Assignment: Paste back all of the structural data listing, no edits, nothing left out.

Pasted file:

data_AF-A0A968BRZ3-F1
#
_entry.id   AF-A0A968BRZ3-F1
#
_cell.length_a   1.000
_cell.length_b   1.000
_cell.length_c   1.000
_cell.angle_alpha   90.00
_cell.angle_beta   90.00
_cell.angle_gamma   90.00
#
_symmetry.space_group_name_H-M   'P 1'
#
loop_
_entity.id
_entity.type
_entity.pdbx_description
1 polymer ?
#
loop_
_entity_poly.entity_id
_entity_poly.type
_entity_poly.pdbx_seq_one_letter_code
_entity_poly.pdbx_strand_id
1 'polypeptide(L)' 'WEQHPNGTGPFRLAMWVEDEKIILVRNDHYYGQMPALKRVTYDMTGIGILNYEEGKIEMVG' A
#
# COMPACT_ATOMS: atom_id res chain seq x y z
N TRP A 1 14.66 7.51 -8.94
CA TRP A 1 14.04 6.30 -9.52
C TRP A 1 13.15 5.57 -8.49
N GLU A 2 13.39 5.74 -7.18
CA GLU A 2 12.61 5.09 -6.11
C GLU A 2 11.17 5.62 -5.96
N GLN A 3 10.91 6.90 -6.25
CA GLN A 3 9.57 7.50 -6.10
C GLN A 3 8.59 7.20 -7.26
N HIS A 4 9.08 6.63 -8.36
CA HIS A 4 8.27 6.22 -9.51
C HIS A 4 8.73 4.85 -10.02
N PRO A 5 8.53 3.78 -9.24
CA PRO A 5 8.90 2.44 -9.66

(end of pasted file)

data_AF-A0A968BRZ3-F1
#
_entry.id   AF-A0A968BRZ3-F1
#
_cell.length_a   1.000
_cell.length_b   1.000
_cell.length_c   1.000
_cell.angle_alpha   90.00
_cell.angle_beta   90.00
_cell.angle_gamma   90.00
#
_symmetry.space_group_name_H-M   'P 1'
#
loop_
_entity.id
_entity.type
_entity.pdbx_description
1 polymer ?
#
loop_
_entity_poly.entity_id
_entity_poly.type
_entity_poly.pdbx_seq_one_letter_code
_entity_poly.pdbx_strand_id
1 'polypeptide(L)' 'WEQHPNGTGPFRLAMWVEDEKIILVRNDHYYGQMPALKRVTYDMTGIGILNYEEGKIEMVG' A
#
# COMPACT_ATOMS: atom_id res chain seq x y z
N TRP A 1 14.66 7.51 -8.94
CA TRP A 1 14.04 6.30 -9.52
C TRP A 1 13.15 5.57 -8.49
N GLU A 2 13.39 5.74 -7.18
CA GLU A 2 12.61 5.09 -6.11
C GLU A 2 11.17 5.62 -5.96
N GLN A 3 10.91 6.90 -6.25
CA GLN A 3 9.57 7.50 -6.10
C GLN A 3 8.59 7.20 -7.26
N HIS A 4 9.08 6.63 -8.36
CA HIS A 4 8.27 6.22 -9.51
C HIS A 4 8.73 4.85 -10.02
N PRO A 5 8.53 3.78 -9.24
CA PRO A 5 8.90 2.44 -9.66